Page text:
Association Between Subclinical Thyroid Dysfunction and Fracture Risk

Natalie R. Daya, Anna Fretz, Seth S. Martin, Pamela L. Lutsey, Justin B. Echouffo-Tcheugui, Elizabeth Selvin, Stephen P. Juraschek

Research output: Contribution to journalArticlepeer-review

Abstract

Importance: Clinical hyperthyroidism accelerates bone resorption without compensatory bone formation, reducing bone density and increasing the risk of fracture. The association between subclinical hyperthyroidism and fracture risk is less clear. Objective: To investigate the association of endogenous subclinical thyroid dysfunction and fracture risk, independent of clinical confounders. Design, Setting, and Participants: This cohort study included 10 946 participants from the Atherosclerosis Risk in Communities Study, an ongoing prospective cohort study of community-dwelling individuals conducted from 1987-1989 through December 31, 2019, in Washington County, Maryland; Forsyth County, North Carolina; Jackson, Mississippi; and the suburbs of Minneapolis, Minnesota. Participants were not taking thyroid medications and had no history of fractures. Exposures: Thyrotropin and free thyroxine levels were measured at visit 2 (1990-1992). Subclinical hyperthyroidism was defined as a thyrotropin level lower than 0.56 mIU/L, subclinical hypothyroidism as a thyrotropin level higher than 5.1 mIU/L, and euthyroidism as a thyrotropin level of 0.56 to 5.1 mIU/L, with normal free thyroxine levels from 0.85 to 1.4 ng/dL. Main Outcomes and Measures: Incident fracture was ascertained using hospitalization discharge codes through 2019 and linkage to inpatient and outpatient Medicare claims through 2018. Results: Of 10 946 participants (54.3% women; mean [SD] age, 57 [5.7] years), 93.0% had euthyroidism, 2.6% had subclinical hyperthyroidism, and 4.4% had subclinical hypothyroidism. During a median follow-up of 21 years (IQR, 13.0-27.3 years), there were 3556 incident fractures (167.1 per 10 000 person-years). The adjusted hazard ratios of fracture were 1.34 (95% CI, 1.09-1.65) for those with subclinical hyperthyroidism and 0.90 (95% CI, 0.77-1.05) for those with subclinical hypothyroidism compared with individuals with euthyroidism. Among those with normal free thyroxine levels, thyrotropin levels in the lower-than-normal range were significantly associated with higher fracture-related hospitalization risk; fracture risk was greater among individuals with thyrotropin concentrations below 0.56 mIU/L. Conclusions and Relevance: This community-based cohort study suggests that subclinical hyperthyroidism was an independent risk factor associated with fracture. The increased risk for fracture among individuals with a thyrotropin level lower than 0.56 mIU/L highlights a potential role for more aggressive screening and monitoring of patients with subclinical hyperthyroidism to prevent bone mineral disease.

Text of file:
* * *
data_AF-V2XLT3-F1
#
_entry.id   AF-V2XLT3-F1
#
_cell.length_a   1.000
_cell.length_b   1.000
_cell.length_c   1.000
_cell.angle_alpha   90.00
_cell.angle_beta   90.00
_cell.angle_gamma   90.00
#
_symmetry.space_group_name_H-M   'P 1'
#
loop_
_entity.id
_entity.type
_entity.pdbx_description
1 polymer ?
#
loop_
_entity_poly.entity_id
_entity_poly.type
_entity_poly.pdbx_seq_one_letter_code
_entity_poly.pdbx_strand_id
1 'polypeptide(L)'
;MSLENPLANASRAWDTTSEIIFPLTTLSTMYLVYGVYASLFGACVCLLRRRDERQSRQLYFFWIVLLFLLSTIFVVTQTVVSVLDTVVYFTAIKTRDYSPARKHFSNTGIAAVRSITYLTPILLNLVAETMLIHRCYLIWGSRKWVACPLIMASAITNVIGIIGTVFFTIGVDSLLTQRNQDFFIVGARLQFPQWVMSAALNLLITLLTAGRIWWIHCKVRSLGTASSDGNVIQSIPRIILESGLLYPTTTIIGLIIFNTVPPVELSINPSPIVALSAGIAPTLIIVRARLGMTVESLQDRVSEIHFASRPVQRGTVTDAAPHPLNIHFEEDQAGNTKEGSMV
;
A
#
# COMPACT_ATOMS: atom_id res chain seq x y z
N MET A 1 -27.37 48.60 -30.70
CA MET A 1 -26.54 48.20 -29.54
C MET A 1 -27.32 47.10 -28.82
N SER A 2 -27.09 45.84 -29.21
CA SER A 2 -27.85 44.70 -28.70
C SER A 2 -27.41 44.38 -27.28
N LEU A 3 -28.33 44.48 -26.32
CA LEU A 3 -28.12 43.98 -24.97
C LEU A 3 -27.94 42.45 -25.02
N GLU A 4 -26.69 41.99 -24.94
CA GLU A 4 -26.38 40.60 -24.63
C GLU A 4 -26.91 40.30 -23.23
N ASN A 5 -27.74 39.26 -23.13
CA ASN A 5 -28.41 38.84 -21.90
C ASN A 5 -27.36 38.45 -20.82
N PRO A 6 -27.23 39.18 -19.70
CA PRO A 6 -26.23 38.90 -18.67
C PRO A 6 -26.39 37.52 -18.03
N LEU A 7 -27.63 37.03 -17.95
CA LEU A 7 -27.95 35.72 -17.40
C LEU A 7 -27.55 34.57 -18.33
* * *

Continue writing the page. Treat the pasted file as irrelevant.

Original languageEnglish (US)
Pages (from-to)e2240823
JournalJAMA Network Open
Volume5
Issue number11
DOIs
StatePublished - Nov 1 2022

ASJC Scopus subject areas

  • General Medicine

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